ing to a severe endothelial damage with conse-quent venous and arterial thromboembolism. In the worsening of the disease, even a disseminated intravascular coagulation may occur. The most important test to follow during the disease is D-Dimer, a product of fibrinolysis activation, sec-ondary to fibrin deposition. It reflects the amount of vascular thrombosis. High D-Dimer levels, more than 2 folds than the normal values, clearly indicate that a therapeutic anticoagulant approach is important by using either low molecular weight heparins or fondaparinux because of a prophylac-tic regimen failure.

The Systemic Fibroblast Activation

The vast majority of studies regarding SARS-CoV-2 have been focused on the acute conse-quences of the viral infection, and on its occa-sionally fatal outcome. Recently, the hypothesis is surfacing in the literature that COVID might have even important long-term implications25. The ability of angiotensin II to trigger fibrogen-esis has been first described in hepatic stellate cells (HSCs), which are particularly susceptible to Angiotensin II, due to the high expression of ACE2 on their surface and to their ability into synthesize angiotensin II36.

Up-regulation of angiotensin II favors transfor-mation of HSCs in myofibroblasts, triggering liver fibrosis. Further studies showed that the fibrogen-ic effects of angiotensin II are not restrfibrogen-icted to the liver. Fibroblastic activation due to angiotensin II is systemic, with possible involvement of lungs

(pulmonary fibrosis), heart (myocardial fibrosis, cardiac hypertrophy, hypertrophic myocardiopa-thy, atrial fibrosis with arrhythmias)37 and kidneys (gomerulosclerosis, accelerated diabetic nephrop-athy)38 (Figure 8).

The Respiratory Tract and Lung Disease Pathology

The early phases of lung involvement in pa-tients affected by COVID-19 are characterized by edema, proteinaceous exudate, focal reactive hyperplasia of type II pneumocytes with patchy inflammatory cellular infiltration, and multinu-cleated giant cells, in the absence of hyaline membranes39.

The histopathological picture in severe fatal cases is characterized by the typical markers of diffuse alveolar damage (DAD), including de-nuded alveoli due to type I pneumocyte death. Hyperplasia of type II pneumocytes, intra-alve-olar fibrinous exudate, patchy interstitial lym-phocytic infiltrate and loose interstitial fibrosis are the subsequent pathological events. At im-munohistochemistry, SARS-CoV-2 was detected in damaged alveolar cells40. Moreover, dissemi-nated intravascular thrombosis may be observed in septal interalveolar capillaries, due to a local blood coagulation activation probably triggered by SARS-CoV-2 induced endothelial damage7.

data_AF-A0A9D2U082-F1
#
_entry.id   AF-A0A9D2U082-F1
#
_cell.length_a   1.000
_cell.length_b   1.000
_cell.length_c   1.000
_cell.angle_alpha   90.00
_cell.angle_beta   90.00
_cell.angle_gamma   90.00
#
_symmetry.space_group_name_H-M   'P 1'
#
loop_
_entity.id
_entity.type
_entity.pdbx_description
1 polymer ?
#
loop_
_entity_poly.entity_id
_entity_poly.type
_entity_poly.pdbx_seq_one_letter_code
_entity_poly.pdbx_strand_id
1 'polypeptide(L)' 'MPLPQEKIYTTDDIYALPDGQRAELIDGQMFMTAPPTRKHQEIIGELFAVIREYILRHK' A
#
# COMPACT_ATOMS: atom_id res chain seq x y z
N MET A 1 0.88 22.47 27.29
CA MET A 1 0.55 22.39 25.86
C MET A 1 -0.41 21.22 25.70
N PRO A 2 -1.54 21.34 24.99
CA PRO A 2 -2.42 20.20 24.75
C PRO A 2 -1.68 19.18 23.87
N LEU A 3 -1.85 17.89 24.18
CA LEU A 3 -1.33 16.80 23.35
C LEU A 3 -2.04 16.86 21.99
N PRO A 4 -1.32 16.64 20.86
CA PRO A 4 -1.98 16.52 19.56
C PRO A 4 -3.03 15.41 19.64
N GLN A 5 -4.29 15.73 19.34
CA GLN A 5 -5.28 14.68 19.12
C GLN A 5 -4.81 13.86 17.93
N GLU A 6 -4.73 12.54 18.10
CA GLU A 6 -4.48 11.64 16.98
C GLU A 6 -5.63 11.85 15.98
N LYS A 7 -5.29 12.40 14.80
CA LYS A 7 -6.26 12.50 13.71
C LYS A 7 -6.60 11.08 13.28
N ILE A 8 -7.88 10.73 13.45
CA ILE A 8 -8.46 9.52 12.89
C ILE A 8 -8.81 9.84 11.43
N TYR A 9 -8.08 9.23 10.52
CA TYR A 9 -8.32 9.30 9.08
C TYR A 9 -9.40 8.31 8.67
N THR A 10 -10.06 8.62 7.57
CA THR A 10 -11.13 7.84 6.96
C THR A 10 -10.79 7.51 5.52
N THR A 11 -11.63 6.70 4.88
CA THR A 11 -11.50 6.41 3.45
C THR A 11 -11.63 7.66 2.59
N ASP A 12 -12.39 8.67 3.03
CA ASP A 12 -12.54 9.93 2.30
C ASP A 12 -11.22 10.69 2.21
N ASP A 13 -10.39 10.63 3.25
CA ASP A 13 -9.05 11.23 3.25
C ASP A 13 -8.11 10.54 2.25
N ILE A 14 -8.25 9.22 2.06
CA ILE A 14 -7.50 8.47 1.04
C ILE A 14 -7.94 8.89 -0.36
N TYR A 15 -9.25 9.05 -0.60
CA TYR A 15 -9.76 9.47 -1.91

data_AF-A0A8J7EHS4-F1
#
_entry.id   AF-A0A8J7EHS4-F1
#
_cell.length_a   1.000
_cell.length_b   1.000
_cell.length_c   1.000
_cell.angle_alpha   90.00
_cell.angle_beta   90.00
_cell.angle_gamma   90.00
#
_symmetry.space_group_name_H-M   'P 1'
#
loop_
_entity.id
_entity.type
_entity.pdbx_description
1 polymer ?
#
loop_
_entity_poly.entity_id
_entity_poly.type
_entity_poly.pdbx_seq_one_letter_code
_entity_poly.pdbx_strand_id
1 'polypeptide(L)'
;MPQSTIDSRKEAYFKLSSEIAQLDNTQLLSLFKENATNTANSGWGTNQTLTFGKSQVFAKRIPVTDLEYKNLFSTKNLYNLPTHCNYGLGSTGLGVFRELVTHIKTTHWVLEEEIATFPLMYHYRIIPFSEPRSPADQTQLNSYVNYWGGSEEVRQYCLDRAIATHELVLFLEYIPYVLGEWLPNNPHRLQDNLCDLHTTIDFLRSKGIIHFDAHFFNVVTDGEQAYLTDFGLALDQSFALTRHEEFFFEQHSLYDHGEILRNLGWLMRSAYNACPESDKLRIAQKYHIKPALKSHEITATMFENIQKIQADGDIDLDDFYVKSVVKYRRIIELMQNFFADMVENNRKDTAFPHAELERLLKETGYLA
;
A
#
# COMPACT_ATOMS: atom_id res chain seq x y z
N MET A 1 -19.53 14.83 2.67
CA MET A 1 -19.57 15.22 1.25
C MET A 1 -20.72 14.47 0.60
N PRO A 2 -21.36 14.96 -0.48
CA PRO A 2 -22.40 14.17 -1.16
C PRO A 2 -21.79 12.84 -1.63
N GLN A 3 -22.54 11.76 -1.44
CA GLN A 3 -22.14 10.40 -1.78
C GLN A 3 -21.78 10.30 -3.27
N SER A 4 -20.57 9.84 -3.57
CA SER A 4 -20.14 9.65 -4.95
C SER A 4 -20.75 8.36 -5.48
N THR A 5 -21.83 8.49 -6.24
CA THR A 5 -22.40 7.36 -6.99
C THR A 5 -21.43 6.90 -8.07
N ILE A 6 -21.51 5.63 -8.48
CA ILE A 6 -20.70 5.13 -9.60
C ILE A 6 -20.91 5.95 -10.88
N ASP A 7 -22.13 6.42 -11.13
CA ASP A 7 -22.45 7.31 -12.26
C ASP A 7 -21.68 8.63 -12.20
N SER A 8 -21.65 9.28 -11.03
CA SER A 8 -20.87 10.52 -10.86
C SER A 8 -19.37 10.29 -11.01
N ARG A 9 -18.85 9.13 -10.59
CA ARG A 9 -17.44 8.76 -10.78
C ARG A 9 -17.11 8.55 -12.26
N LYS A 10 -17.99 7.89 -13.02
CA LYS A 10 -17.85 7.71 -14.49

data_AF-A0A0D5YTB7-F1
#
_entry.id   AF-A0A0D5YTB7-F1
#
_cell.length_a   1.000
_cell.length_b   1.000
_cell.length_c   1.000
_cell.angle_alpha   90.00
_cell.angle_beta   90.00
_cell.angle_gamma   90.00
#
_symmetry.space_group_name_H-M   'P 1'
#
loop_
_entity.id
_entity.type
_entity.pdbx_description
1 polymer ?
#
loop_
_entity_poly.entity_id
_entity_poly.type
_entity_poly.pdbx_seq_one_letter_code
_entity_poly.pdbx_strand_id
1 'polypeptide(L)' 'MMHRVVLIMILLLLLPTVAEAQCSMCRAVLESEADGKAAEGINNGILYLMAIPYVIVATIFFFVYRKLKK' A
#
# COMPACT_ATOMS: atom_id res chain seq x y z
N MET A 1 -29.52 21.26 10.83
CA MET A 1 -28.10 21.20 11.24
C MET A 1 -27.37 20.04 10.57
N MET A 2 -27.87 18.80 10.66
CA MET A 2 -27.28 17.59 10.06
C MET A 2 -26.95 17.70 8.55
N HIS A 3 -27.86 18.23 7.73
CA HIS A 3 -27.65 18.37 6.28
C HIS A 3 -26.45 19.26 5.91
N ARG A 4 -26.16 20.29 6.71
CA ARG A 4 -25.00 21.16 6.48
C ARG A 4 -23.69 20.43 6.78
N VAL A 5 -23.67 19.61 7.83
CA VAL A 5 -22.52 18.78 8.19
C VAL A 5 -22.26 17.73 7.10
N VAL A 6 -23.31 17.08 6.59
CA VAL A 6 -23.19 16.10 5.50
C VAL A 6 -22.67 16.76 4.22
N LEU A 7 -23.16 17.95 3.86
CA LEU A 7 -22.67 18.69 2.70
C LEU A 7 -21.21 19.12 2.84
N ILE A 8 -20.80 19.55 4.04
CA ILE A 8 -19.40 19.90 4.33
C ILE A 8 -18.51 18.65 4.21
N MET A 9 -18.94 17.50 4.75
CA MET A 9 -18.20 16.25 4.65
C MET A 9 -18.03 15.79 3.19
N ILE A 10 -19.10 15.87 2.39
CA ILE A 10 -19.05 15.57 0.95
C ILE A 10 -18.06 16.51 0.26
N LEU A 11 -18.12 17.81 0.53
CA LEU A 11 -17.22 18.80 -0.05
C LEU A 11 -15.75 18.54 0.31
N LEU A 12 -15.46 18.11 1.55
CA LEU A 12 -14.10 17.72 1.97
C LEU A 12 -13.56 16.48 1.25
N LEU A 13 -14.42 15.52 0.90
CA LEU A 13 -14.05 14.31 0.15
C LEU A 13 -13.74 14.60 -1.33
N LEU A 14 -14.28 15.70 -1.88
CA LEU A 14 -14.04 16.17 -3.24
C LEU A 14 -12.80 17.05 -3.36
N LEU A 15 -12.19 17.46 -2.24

Most of the papers related to SARS-CoV-2 and lung disease deal with the acute clinical pictures causes by COVID-19, often causing a severe acute respiratory distress syndrome, ending with

Figure 7. Schematic representation of SARS-COV-2 induced thrombotic disease.

(8)

fatal disease41. Previous data from other corona-virus infections, including severe acute respira-tory syndrome (SARS) and Middle East respi-ratory syndrome (MERS) suggest that survivors might undergo substantial fibrotic consequences42 with significant long-term clinical implications. What is emerging from multiple studies, is that COVID-19 may present with multiple diverse courses, with a wide range of symptoms: at one extreme of the spectrum you can find asymp-tomatic subjects and at the other extreme, pa-tients with respiratory failure43. Current clinical evidence indicate that pulmonary fibrosis might also complicate infection by SARS-CoV-2. The mechanisms underlying the association between COVID-19 and lung fibrosis are not fully under-stood. Advanced age, illness severity, smoking, chronic alcoholism and length of medical venti-lation have been suggested as predictors of lung fibrosis in COVID-19 survivors44. Moreover, lung fibrosis was more likely to occur in patients with severe clinical conditions and with high inflam-matory indicator45.

SARS-CoV-2 has been shown to activate fi-brosis-related genes, inducing transcriptional signatures in lung epithelial cells, ending with increased production of ACE2, TGFB1, CTGF and FN1 that are the drivers of lung fibrosis46. On these bases, Spagnolo et al47 lays stress on pulmo-nary fibrosis secondary to COVID-19, suggesting a “call to arms” as the better answer to SARS-CoV-2 infection.